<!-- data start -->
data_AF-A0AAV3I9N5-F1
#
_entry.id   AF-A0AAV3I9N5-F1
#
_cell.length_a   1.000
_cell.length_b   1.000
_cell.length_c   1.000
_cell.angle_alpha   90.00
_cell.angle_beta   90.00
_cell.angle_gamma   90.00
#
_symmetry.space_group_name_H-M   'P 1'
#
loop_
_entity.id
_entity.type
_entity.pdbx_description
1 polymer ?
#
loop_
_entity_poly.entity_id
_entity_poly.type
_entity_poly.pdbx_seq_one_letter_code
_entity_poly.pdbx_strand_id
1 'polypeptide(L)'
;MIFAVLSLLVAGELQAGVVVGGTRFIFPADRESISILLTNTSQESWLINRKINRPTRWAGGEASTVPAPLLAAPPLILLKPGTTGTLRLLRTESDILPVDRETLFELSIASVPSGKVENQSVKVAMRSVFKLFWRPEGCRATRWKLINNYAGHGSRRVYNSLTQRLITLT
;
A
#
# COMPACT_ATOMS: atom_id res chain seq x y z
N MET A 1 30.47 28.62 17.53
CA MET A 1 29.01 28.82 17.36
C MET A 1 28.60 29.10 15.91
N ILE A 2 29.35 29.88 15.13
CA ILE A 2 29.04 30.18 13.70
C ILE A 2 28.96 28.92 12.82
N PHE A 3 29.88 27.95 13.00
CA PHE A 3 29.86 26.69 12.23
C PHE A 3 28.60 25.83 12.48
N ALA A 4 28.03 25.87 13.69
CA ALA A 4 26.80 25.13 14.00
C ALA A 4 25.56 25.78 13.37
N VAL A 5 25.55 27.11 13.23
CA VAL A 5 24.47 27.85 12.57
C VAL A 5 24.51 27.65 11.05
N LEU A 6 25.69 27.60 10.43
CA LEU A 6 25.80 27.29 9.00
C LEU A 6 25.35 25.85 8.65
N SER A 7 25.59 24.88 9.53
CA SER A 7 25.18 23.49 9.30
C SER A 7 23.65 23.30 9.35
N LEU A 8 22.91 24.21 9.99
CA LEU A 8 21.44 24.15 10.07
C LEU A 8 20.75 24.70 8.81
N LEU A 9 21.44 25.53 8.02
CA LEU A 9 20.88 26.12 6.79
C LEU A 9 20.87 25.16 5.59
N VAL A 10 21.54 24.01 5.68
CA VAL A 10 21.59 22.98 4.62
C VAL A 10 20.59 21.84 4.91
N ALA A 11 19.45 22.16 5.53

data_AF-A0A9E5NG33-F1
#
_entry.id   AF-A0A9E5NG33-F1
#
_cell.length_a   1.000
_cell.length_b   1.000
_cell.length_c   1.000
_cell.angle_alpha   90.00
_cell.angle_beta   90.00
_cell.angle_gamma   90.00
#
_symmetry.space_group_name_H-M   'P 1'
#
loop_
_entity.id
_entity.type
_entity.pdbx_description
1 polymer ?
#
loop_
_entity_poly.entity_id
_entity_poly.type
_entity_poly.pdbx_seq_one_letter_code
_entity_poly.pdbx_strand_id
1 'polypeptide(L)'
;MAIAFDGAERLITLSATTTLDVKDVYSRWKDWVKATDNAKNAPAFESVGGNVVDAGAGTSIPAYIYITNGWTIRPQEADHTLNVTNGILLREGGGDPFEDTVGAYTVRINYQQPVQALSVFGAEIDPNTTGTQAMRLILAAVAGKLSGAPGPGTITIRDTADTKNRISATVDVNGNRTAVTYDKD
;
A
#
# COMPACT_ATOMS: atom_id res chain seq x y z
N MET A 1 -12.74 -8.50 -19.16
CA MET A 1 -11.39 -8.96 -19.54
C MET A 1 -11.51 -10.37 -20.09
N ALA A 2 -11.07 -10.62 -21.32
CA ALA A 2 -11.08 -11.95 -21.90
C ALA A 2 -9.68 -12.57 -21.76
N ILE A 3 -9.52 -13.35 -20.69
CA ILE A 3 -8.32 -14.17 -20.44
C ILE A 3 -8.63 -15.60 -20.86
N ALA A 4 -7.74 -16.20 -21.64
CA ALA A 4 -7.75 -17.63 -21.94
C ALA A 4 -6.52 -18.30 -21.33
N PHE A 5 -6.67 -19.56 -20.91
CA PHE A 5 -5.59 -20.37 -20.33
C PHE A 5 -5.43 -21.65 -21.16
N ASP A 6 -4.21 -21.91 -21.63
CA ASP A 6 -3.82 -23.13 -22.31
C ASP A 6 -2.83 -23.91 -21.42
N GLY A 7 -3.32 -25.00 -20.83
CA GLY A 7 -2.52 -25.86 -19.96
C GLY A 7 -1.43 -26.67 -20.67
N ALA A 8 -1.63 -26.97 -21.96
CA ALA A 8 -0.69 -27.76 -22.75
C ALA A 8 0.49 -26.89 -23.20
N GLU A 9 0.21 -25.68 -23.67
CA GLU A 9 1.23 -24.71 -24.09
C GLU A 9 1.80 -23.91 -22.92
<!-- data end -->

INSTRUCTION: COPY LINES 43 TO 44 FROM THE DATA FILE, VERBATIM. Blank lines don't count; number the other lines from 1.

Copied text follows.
N VAL A 5 25.55 27.11 13.23
CA VAL A 5 24.47 27.85 12.57